7. Pingback: What are Glass Plate Negatives? | scribbleknit

  8. I discovered glass plates when making a purchase on eBay of items related to my hobby of raising Fancy Pigeons. I wanted to know what era these plates were in use and your works gave me exactly that information. Thanks

  9. phil George says:

    Are there any concerns with emulsion flaking being hazardous? That is, does it pose a health risk?

    • ohiohistory says:


      I have never read about any potential health hazards from handling negatives with flaking emulsion. In my own experience handling glass negatives in physical condition that varies from excellent to terrible I have never experienced any side affects, other than being very careful not to cut myself. The emulsion on glass negatives is relatively chemically stable. When stored in dry conditions with minimal fluctuation in temperature and handled with care, glass negatives are one of the most stable photographic formats. Film negatives on nitrate and acetate bases are the negatives that off gas when they begin to deteriorate.

      Thank you,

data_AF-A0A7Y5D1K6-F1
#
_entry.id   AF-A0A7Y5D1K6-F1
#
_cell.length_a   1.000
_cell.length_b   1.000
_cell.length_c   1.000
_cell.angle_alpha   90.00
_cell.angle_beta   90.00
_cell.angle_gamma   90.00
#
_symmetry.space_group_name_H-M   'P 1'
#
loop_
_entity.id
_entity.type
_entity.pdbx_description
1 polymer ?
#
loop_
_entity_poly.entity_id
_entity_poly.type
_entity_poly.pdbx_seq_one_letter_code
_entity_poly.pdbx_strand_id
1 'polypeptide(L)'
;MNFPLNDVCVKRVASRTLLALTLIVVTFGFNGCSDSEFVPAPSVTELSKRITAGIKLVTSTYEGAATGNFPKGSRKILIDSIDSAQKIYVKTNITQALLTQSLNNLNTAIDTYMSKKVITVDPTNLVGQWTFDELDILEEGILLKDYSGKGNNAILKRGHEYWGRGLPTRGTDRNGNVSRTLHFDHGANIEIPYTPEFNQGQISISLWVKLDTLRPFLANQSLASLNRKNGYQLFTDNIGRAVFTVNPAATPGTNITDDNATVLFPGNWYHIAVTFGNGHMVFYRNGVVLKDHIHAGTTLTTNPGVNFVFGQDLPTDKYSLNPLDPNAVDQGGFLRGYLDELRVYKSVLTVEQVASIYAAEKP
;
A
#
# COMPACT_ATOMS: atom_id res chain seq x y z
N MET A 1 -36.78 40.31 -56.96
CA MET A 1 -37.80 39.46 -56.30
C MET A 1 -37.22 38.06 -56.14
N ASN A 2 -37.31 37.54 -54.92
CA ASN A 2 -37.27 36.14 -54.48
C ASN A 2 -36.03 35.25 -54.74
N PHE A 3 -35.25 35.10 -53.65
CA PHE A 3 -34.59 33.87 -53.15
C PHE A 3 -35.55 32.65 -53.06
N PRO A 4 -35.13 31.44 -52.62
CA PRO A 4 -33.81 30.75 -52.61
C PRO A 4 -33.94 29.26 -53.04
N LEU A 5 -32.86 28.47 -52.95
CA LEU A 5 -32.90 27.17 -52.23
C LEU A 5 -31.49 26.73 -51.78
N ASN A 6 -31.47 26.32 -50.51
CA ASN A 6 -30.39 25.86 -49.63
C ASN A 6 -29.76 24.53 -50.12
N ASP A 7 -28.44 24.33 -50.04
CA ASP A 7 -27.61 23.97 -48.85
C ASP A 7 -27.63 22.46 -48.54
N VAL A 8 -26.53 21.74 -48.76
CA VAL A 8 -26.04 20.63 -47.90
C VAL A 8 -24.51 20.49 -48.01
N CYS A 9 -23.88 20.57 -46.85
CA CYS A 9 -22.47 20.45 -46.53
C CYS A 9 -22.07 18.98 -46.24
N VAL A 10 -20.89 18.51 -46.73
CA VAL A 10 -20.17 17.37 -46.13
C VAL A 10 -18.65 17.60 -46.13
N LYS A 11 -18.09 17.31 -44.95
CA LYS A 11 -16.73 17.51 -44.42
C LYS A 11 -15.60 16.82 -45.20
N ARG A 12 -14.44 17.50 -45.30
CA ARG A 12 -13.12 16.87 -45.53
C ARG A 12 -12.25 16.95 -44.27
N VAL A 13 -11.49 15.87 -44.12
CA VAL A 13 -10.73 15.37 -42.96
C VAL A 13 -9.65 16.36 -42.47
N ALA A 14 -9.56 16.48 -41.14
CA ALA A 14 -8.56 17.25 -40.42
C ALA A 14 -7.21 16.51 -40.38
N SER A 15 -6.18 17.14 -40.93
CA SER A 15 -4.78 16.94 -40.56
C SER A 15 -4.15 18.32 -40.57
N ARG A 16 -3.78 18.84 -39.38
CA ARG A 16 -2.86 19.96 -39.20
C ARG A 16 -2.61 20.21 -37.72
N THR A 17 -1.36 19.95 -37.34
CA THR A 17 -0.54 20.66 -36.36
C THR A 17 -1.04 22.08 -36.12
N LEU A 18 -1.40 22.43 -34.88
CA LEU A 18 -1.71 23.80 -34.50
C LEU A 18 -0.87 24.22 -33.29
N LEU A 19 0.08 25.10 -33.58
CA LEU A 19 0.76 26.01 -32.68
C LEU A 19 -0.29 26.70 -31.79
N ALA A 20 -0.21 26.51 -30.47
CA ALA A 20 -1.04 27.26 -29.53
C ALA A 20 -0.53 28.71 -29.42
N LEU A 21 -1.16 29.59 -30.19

L. Wood, Curator for Visual Resources

    • L. Wood:
      I recently digitized 150 glass negatives dating back to 1893 to 1910. They were 6 inches by 8 inches in size. They work shot with a Sunart camera made in Rochester. The customer gave the camera in return for my work.
      Now, down to business…Make yourself a three side box at least 12×10 inches. I used a product called foamcore to make the walls.The foam core must be white on both sides. I then cut out a hole in the front one big enough to show the full negative. I put a piece of glass over the hole. (this wall would be on a angle like an easel. I then put a ledge of glass below the to rest the negative over the hole. On the back of of the box I cut a larger a larger hole. Place a flash near the back of the hole sync it to the digital slr camera. Place the neg on the front glass and take a photo of the neg. Make sure you use a manual exposure setting. The flash will go off bouncing the light through the box and give you the like needed to get an image. You will need to experiment with shutter speeds and aperture setting to get a proper exposure. From there you need to take the image through photoshop to convert it to a positive. You will need to adjust the color, contrast and balance to tweek it to you liking. Most negs will give off a blue hue so just desaturate back to a black and white image….Have fun…Michael Moncion, Pembroke Ontario Canada